There is hardly a way the Bitcoin price won't maintain its current spot or continue on a rising trend with the prices of several major alternative digital currencies starting to reflect their respective networks’ gains as they establish in chosen areas of usefulness.

A quick look at how Dash, Ethereum, Monero and maybe Augur, have performed with their prices in the last few days show that despite the attention that has shifted to these altcoins, Bitcoin’s standing does not seem to be affected at all. Rather, it maintains a strong grasp of the market and continues with its back and forth movement over or around the $1200 price range.

The altcoins’ rising prices could not go unnoticed by serious-minded investors who may be exhibiting a practical foresight into what the future could hold for the financial sector - or how cryptocurrencies could help simplify the sector’s coordination in time.

A new economy

The influence Bitcoin wields over other alternative currencies - probably for its early adoption advantage or other technical reasons that I am not qualified or able to explain now - is enough to sustain its backbone role into the distant future even as its supply gets thinner while the awareness of its use spreads wider. From the Philippines to, let's say, India and back to Russia and Mexico, the struggle to lay hands on a fraction of Bitcoin continues.

However, the intensifying scramble for bits of Bitcoin considering the rising price of acquiring a full coin is, in a sense, a major factor pushing many to look into the new economy that the totality of cryptocurrencies is creating.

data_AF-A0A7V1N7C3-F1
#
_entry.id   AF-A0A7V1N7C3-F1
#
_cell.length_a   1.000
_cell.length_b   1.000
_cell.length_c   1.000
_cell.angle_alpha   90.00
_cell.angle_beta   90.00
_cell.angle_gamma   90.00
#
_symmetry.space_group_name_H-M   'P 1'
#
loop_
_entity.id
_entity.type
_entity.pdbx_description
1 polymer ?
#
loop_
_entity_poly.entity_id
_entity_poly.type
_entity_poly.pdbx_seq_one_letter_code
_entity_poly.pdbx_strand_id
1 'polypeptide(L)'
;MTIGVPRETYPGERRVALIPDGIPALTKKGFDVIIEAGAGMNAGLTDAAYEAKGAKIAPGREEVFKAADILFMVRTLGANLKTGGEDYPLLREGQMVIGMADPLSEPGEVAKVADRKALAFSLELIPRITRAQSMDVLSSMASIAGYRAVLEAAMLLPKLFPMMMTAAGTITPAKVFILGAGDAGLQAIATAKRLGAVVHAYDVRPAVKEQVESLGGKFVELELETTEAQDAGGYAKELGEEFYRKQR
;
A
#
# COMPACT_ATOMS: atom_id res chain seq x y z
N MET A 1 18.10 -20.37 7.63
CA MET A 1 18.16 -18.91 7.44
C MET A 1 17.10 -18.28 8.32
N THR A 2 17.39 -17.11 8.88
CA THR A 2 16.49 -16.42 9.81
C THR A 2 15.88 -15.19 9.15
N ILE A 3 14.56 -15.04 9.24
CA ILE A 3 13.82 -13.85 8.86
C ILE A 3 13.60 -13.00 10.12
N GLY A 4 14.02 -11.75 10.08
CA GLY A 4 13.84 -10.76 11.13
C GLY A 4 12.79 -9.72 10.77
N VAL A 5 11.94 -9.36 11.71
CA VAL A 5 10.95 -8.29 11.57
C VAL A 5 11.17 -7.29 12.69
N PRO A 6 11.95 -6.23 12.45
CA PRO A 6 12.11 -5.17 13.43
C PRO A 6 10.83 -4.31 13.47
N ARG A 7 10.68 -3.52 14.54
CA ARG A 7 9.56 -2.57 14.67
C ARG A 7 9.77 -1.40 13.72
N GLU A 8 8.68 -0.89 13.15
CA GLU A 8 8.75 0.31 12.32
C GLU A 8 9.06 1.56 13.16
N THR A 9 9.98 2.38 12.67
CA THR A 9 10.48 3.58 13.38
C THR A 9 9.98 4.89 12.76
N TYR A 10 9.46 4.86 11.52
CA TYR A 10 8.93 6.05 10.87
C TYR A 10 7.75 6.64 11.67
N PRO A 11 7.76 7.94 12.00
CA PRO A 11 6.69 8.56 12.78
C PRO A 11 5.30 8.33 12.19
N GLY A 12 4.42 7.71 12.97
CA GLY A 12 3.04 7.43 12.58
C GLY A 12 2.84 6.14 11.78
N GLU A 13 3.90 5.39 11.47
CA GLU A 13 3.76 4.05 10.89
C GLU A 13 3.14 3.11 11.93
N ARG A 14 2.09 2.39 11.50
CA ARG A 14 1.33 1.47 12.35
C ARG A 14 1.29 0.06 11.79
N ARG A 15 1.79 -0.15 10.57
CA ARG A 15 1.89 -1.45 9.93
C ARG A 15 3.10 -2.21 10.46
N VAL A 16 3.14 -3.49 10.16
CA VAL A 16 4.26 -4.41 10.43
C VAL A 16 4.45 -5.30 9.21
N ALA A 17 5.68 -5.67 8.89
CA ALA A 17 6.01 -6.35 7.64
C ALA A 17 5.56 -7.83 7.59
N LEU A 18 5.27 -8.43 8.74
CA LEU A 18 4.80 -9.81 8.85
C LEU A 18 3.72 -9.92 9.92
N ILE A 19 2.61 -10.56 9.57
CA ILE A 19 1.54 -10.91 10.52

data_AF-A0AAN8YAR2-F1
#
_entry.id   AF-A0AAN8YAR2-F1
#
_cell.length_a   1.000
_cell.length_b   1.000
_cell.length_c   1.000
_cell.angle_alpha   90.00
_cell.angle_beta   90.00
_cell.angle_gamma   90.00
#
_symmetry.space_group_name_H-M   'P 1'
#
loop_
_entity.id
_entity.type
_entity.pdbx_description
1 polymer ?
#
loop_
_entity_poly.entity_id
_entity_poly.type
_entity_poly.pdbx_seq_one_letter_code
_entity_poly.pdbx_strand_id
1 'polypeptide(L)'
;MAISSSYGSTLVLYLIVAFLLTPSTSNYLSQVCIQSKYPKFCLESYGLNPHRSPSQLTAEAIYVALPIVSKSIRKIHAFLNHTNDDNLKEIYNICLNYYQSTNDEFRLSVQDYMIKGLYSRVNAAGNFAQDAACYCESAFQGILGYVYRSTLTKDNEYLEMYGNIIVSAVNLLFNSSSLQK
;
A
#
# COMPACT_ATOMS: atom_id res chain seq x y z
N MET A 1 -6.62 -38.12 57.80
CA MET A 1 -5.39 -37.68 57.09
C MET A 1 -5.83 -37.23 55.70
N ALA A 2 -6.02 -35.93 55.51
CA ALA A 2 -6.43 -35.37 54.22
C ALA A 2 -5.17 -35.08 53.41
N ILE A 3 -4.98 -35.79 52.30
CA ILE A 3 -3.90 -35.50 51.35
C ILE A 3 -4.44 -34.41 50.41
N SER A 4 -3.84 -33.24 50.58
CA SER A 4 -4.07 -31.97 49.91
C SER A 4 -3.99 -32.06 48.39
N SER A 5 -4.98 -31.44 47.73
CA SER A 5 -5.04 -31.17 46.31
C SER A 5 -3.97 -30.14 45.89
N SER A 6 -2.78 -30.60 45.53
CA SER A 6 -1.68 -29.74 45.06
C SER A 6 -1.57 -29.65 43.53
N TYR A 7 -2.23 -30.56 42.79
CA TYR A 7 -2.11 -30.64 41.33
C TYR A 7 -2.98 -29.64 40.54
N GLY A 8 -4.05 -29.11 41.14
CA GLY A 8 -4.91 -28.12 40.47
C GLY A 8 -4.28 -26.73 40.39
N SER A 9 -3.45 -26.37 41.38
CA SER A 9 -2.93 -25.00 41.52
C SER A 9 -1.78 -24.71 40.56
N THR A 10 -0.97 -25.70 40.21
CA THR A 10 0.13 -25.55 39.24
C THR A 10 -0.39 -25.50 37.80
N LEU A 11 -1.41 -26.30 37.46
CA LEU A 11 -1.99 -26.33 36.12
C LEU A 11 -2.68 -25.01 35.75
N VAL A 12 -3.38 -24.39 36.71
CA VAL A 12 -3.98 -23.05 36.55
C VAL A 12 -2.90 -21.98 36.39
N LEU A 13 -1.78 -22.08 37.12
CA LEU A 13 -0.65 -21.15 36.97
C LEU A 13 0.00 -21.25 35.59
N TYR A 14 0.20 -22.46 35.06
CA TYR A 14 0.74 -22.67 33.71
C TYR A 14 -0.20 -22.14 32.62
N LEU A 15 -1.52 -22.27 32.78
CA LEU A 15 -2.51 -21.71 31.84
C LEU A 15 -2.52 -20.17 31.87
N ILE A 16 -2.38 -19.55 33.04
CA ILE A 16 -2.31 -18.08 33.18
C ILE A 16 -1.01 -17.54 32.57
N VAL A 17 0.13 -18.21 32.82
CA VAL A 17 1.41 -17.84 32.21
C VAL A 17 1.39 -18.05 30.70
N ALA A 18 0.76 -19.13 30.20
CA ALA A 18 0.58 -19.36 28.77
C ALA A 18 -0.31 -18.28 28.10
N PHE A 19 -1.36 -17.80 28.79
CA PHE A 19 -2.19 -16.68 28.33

Many are now inching towards altcoins instead of a full Bitcoin to be a part of the new economy that is devoid of any form of restrictions and dependence on the status quo but rather afloat in a new world that has little to do with the financial arrangements we've known for years.

Future outlook

Still looking away from traditional markets like the US, Europe and China which are still the largest in my view but just that the others have started squeezing out their share, a Nigerian asked me recently if I think the most populous black nation is ready for the 'Bitcoin craze'. I replied that it isn't yet. I still stand on that view.

With a population of about 200 mln people, about a tenth of Nigerians - or even less - can claim all the Bitcoins in existence from a practical view.

However, it isn't about the money or the lack of a risk appetite to invest a huge amount into the digital currency because the country could boast of some of the most shrewd business owners the continent of Africa has ever produced. It also has a huge young population that is willing and ready to take on the world at several levels. Rather, what has been stopping them is the information gap or a lack of the good understanding of what Bitcoin is doing or could do.

The same applies to people in Ghana, Kenya, South Africa or even Rwanda where tech-savvy individuals are being developed at a faster pace in Africa. Put another way, a fraction of people in one or a combination of two or three of these countries have what it takes to achieve what is being suggested of Nigerians in terms of Bitcoin acquisition but for a similar hindering factor.

What to expect

Addressing this key factor will see the Bitcoin adoption level jump drastically among the Internet penetrated populace especially in developing countries like those in Africa. It could also lead to postulating that Bitcoin may not necessarily depend on the soon-to-be launched new use cases to be stronger or pricier.

As its high price and risk level have made it grow out of the league of favorite currencies for day traders, no new use case for Bitcoin by tomorrow does not translate that the most popular digital currency as at this writing is ever going to be irrelevant.

All it needs is the resolution of core issues such as its scalability to be sorted out once and for all.